His early experiences also serve as a clear motivation for his current involvement in various aid organizations. His trips to the United States taught him how to love not only his own people, but also those that come from different lands. With the relationships he formed with his American bodyguards, he realized that though countries differ in cultures, everybody can show compassion towards each other. Despite his understanding of what has been taught to them back home before visiting the U. S., he learned that there is no and there is no need to have a great divide between countries. “… even in times of tension and mistrust, people from two different cultures can form strong friendships that surpass all understanding.”
He has been an ambassador of the Red Cross Society of China since 2006. He also formed his own non-profit foundation known as The One Foundation. In 2010, he was appointed as the first Goodwill Ambassador by the International Red Cross. Jet also founded Taiji Zen, a lifestyle company promoting physical and mental health the following year. Most of his charity works focus on mental health awareness and suicide prevention.
His career in acting started when he was chosen to star in Shao Lin Tzu/Shaolin Temple (1979), which had three series. This gave him a superstar status in the industry as it was the start of the Kung Fu hype in mainland China. He then continued being a martial artist star in Hong Kong.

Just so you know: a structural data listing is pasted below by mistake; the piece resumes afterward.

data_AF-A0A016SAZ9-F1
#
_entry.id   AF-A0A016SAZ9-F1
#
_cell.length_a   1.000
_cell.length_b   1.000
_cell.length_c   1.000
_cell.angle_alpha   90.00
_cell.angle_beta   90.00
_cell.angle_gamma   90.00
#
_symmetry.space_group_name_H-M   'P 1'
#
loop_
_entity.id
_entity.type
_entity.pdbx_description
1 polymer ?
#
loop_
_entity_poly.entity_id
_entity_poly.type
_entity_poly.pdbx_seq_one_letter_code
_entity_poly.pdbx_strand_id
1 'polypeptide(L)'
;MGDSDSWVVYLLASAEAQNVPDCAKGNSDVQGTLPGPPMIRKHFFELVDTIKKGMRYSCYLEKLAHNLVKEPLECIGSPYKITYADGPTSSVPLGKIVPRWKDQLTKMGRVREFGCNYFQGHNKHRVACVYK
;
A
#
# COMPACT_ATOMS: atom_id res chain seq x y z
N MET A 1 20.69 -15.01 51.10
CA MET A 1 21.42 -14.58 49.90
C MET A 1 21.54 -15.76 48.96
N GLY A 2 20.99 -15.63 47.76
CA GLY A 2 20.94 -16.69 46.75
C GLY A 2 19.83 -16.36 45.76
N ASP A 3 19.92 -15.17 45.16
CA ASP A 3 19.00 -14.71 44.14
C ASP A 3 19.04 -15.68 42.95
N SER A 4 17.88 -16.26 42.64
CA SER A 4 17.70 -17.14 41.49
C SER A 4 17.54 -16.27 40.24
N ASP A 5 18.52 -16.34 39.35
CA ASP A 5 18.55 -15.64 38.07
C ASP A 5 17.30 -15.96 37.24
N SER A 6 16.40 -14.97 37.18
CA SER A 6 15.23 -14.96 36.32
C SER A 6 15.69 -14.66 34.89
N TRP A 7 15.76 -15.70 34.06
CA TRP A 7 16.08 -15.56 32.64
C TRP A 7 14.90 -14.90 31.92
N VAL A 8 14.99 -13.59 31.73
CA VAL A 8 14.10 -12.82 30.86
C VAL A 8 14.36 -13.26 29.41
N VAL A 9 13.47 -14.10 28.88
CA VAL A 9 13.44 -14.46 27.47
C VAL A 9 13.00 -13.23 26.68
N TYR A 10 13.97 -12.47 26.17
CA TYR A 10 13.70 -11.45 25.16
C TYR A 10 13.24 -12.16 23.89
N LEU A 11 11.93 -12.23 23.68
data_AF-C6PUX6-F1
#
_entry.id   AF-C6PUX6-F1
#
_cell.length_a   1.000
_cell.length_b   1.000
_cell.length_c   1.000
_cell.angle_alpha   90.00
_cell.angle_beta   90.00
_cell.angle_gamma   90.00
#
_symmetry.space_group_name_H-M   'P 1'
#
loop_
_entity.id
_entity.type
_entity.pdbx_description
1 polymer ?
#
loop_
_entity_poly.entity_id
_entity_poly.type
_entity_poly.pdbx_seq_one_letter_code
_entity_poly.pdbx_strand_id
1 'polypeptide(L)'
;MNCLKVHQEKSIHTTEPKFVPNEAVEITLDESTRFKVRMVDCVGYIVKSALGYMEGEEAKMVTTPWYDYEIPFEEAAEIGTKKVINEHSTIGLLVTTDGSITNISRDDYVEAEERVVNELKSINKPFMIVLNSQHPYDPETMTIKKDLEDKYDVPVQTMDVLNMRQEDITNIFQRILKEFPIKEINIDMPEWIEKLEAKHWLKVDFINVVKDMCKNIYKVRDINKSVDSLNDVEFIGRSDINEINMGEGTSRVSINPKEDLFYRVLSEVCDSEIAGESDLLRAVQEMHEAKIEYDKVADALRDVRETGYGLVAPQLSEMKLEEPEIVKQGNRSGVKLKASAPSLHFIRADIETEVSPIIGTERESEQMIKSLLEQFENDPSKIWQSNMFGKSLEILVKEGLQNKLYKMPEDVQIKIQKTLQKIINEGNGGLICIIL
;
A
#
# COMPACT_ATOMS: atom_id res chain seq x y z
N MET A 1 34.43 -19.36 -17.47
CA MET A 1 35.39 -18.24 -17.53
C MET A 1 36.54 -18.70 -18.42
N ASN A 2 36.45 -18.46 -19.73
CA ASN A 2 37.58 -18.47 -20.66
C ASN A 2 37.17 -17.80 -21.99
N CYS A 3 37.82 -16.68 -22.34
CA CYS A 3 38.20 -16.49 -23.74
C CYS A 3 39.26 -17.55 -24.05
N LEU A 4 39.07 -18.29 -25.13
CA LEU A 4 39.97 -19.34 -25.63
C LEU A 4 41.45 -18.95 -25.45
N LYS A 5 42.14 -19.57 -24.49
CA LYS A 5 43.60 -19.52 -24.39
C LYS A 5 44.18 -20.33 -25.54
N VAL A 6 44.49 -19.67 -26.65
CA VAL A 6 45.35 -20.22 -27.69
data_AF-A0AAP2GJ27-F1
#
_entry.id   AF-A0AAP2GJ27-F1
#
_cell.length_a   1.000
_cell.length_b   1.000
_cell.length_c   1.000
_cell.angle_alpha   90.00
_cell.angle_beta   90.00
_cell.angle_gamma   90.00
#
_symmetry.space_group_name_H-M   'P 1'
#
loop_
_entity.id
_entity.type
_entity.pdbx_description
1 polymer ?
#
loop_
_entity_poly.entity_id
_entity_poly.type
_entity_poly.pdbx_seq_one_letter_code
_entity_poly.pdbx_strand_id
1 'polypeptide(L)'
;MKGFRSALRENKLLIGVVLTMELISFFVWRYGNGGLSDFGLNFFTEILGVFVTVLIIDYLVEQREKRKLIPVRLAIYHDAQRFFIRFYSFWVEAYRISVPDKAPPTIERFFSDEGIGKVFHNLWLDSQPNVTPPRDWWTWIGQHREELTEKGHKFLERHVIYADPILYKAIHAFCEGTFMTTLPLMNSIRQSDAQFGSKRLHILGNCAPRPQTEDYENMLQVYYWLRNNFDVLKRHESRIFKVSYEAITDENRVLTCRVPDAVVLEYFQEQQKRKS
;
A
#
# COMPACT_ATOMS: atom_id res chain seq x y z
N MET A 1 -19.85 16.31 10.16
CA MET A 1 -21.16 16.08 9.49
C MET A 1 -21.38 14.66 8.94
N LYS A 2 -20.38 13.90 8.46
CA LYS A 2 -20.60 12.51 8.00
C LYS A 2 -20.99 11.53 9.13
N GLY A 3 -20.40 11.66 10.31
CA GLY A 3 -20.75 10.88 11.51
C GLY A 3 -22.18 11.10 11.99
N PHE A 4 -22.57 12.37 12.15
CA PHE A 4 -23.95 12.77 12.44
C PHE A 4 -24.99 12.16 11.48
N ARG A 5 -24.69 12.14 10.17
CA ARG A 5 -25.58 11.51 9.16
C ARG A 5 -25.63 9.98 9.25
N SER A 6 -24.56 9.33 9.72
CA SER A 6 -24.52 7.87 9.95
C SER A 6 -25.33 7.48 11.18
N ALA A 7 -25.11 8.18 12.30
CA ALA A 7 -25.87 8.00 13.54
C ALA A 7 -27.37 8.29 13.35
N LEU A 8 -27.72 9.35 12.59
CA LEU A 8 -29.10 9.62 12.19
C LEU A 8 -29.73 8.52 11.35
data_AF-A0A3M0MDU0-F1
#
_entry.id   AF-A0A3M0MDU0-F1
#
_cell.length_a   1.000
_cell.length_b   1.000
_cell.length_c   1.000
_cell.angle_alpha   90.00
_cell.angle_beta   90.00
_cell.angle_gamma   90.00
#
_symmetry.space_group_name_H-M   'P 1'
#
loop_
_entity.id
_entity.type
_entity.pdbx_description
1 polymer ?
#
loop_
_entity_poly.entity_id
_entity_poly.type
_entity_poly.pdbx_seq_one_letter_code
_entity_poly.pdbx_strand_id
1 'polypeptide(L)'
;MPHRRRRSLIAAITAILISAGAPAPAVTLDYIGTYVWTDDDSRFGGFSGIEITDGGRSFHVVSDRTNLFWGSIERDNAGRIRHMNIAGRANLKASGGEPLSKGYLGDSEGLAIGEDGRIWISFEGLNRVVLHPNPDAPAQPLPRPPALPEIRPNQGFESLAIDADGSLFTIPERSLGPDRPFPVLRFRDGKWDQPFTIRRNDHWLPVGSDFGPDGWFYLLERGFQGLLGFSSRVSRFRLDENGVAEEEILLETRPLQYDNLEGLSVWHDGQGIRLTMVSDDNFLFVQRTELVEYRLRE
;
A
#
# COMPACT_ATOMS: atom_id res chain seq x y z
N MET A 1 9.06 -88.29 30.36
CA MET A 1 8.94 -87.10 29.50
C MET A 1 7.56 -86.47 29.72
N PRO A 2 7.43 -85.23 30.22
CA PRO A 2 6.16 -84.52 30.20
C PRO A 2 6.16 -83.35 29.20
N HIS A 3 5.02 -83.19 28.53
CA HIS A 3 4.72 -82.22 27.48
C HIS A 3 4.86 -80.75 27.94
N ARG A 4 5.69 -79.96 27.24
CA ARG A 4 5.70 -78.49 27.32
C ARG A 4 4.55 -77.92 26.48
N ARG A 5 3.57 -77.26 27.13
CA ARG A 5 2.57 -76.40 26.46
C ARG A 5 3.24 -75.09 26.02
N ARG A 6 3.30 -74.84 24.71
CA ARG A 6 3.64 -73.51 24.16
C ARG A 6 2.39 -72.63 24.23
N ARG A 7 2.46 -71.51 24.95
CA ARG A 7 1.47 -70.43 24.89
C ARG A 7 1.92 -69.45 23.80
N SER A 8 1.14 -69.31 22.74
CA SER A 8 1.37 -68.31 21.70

Some of his Chinese movies are Once Upon a time in China, Fist of Legend (a remake of Bruce Lee’s Fist of Fury), and Fong sai Yuk.
Lethal Weapon 4 was his very first movie in Hollywood, wherein he also played his first role as a villain. He agreed to do this villain role with producer Joel Silver’s promise that Jet would star in his next film Romeo Must Die. He starred alongside the late singer Aaliyah in the latter, and the movie became a hit.
But Jet is not all about just making movies – he does not care about fame, because he knows it is something that he cannot control. This gives him a clear view of his priorities and seeks real purpose in everything that he does. He declined his Crouching Tiger, Hidden Dragon (2000) offer because he promised his wife that he would not make films during her pregnancy. He also declined the role of Seraph in The Matrix trilogy as he deemed it unnecessary to be included in the cast list.